The Best High Powered Binoculars in 2023
When many people think of binoculars, they often think of something like 10x50s, or maybe something smaller like 8x42s or 7x35s. However, while these binoculars are fine, there will be times when you need a little more. Maybe you’re a birdwatcher and you need a higher magnification, or you’re an amateur astronomer with a need for a larger aperture.
Binoculars come in a wide range of magnifications and apertures, so where should you begin? When should you use high powered binoculars? What should you look for? And which are the best high powered binoculars in 2023?
Table of contents
- Magnification and Aperture Explained
- What Can You Use High Powered Binoculars For?
- How to Choose the Best High Powered Binoculars
- Our Top 3 Best High Powered Binoculars
- In Conclusion
- Frequently Asked Questions
Magnification and Aperture Explained
People use binoculars for a wide range of activities, from astronomy and bird watching to concerts, hiking, hunting and sailing. However, before we decide which ones might benefit from high powered binoculars, let’s take a moment to review what high powered binoculars are.
If you’ve bought or used binoculars before, you’re probably aware that they’re always listed with two numbers. For example, you might be thinking of buying 10×50 binoculars. The first number indicates the magnification, while the second is the aperture of the objective lenses, as measured in millimeters.
Magnification is an indication of how much larger an object will appear through the binoculars. For example, if the magnification is 10x, then the object will appear 10x larger, as though you were 10x closer to it. Most binoculars have a fixed magnification, which typically ranges from 6x to 25x.
While it might seem as though higher magnifications are best, that’s not necessarily always true. For starters, a higher magnification will also magnify any shaking from your arms, hands or even the environment. If, for example, you’re on a boat, its rocking can make it difficult to keep the view steady, and this effect will be worse with a higher magnification.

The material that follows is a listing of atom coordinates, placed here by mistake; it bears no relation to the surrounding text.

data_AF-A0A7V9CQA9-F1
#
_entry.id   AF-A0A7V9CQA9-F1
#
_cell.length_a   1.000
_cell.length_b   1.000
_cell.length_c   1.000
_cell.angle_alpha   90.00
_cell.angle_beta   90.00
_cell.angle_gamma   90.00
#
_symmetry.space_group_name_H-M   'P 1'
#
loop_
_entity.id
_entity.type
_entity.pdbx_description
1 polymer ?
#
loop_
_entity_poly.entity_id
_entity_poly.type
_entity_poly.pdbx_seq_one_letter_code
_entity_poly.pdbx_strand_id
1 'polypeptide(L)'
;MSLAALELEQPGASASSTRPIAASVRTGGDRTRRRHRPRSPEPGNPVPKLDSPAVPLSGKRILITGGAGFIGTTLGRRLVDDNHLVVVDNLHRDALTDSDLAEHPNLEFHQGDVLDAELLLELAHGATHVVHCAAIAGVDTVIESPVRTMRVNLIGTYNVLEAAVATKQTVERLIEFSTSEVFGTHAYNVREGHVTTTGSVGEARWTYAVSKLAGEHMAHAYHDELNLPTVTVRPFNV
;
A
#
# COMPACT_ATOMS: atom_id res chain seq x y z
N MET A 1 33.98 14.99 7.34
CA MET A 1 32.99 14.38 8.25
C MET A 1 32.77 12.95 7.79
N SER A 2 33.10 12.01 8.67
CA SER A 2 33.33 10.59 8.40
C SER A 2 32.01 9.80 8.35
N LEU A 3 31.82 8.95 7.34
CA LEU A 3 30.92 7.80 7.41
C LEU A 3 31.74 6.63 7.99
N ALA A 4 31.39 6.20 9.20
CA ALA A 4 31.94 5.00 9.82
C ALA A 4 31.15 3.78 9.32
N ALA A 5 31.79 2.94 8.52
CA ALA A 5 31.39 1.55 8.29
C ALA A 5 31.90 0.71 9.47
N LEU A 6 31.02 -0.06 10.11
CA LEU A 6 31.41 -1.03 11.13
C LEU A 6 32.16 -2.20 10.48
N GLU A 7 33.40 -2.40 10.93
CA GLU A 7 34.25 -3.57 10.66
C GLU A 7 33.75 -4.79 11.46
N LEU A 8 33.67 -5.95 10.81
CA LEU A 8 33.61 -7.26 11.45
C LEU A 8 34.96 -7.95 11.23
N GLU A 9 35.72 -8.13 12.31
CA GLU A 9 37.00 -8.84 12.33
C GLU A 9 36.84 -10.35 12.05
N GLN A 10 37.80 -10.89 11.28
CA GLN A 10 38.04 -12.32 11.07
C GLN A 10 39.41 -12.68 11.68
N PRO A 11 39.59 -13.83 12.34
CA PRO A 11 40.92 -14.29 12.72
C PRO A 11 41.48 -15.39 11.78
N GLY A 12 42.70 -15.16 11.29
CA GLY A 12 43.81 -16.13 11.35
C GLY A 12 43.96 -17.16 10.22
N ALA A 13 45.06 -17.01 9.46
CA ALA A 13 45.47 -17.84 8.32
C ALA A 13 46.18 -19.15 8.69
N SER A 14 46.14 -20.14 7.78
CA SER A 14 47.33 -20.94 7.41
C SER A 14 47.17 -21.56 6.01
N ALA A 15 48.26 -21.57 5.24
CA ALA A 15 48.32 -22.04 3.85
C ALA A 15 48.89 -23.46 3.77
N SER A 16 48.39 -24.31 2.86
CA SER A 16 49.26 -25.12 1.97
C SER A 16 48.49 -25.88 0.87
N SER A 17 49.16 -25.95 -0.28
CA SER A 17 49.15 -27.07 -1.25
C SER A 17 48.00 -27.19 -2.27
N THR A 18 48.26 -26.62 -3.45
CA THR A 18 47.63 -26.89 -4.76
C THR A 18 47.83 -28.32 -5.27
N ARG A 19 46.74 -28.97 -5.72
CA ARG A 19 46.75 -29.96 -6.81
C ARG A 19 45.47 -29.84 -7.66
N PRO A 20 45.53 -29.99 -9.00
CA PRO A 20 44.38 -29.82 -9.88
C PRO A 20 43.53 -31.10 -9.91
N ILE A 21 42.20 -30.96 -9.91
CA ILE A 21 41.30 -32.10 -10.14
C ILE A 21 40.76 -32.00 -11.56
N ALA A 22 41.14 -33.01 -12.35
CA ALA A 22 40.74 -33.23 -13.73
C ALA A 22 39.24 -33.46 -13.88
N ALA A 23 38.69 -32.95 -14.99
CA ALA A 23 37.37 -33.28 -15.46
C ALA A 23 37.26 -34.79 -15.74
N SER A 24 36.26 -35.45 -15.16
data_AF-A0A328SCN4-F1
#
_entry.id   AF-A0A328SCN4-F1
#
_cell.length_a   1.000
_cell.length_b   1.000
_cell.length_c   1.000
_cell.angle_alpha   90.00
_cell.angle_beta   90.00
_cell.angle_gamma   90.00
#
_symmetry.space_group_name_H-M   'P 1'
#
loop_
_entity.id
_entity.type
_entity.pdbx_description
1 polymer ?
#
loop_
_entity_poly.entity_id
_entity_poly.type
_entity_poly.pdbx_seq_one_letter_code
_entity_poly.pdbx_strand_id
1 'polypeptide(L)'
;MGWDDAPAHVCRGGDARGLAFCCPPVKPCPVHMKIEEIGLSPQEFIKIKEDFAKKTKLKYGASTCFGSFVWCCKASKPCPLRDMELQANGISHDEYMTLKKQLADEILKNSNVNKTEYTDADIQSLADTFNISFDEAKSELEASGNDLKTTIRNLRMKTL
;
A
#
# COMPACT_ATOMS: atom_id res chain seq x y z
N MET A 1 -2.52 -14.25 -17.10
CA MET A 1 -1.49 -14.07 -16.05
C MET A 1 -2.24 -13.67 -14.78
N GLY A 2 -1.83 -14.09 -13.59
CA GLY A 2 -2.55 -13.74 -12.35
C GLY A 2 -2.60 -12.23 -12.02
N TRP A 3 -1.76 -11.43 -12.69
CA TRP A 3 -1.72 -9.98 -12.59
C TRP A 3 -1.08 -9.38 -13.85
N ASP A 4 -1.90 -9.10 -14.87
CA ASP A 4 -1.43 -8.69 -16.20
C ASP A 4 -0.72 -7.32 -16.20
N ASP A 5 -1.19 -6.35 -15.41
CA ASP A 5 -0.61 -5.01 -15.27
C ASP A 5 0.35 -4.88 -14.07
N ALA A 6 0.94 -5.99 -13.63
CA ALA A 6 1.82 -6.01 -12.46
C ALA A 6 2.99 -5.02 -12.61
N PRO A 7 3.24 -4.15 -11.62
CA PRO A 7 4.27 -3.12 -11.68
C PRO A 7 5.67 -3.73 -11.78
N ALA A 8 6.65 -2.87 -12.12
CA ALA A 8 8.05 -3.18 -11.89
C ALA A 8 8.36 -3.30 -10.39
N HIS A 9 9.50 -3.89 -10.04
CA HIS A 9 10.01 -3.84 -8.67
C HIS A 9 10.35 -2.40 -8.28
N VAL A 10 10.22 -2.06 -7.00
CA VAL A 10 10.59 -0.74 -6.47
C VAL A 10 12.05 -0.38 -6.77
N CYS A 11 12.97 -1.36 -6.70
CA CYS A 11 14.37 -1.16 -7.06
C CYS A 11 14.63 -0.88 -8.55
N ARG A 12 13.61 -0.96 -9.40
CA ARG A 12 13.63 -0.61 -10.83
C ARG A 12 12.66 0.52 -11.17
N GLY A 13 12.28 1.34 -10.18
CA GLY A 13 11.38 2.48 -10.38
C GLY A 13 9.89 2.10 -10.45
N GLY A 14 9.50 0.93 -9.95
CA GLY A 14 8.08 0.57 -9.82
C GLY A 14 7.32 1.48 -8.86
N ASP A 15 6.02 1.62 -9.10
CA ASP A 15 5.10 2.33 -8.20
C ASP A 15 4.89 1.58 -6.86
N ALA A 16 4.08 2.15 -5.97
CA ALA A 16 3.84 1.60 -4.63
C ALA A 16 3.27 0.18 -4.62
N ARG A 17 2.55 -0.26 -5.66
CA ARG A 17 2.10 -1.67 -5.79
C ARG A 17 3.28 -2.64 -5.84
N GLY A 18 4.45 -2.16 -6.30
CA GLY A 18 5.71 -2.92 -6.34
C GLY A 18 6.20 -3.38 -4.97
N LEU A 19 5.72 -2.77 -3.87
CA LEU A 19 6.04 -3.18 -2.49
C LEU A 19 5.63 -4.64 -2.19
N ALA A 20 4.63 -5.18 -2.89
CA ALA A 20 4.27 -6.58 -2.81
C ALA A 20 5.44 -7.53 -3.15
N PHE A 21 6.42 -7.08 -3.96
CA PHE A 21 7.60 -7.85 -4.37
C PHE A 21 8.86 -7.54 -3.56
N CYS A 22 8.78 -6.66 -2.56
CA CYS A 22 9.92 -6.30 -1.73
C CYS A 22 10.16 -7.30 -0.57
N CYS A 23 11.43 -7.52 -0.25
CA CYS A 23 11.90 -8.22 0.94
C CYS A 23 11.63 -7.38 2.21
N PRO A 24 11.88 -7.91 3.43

Another issue is the field of view, or how much you can see through the eyepieces. On average, 10×50 binoculars will have a field of view spanning about 6 or 6.5 degrees of sky, but (as you might expect) higher magnifications produce smaller views, with 15×70 binoculars having a field of view of around 4 degrees.
Besides making your view a little less aesthetically pleasing, this can also make it harder to locate your target, especially if your target is moving.
Before talking about aperture, it’s worth noting that zoom magnification binoculars are also available. These tend to produce a lower quality image, but they can still be useful in certain circumstances. Generally speaking, using the zoom feature can affect the color and brightness of the image, so if you’re considering those, they might be best used during the daytime.
When we talk about the aperture of binoculars, we’re referring to the diameter of the objective lenses. These are the large lenses you point toward your target, and the aperture is always measured in millimeters.
On the face of it, aperture might not seem that important, but it plays a very key role. The objective lenses gather light, so the larger the aperture, the more light the binoculars can gather.
During the day, this can produce a brighter, more colorful image, while also allowing you to see more at twilight and throughout the night. If your hobby involves being outside at those times, then you should consider using larger aperture binoculars.
Unfortunately, larger apertures have a notable drawback: not only are they physically larger, but they also tend to weigh more. For example, binoculars with an aperture of 25mm typically weigh around 300g (0.7 pounds), while binoculars with an aperture of 50mm will weigh around 800g (1.8 pounds.)
Some binoculars will have an aperture of up to 100mm, but many manufacturers will produce binoculars with a maximum aperture of 70mm. These will typically weigh around 1.8kg (4.0 pounds.)
Given their weight, it’s often a good idea to mount larger binoculars to a tripod. This will help to steady the image and prevent your arms from aching. However, this will restrict your use of the binoculars, as it’s hard to comfortably observe targets that are more than about 45 degrees above the horizon.
What Can You Use High Powered Binoculars For?
In general, if you’re going to be moving around a lot or if you just want something you can quickly grab and use outside in the yard, then your best bet is to use smaller, more lightweight binoculars.
For example, you won’t want to use high-powered binoculars when you’re hiking or attending a concert (no matter how far away the stage is) because they’re simply too heavy and cumbersome. In both scenarios, a smaller magnification and aperture, such as 8×25, would be a better choice as they’ll be both more compact and more lightweight.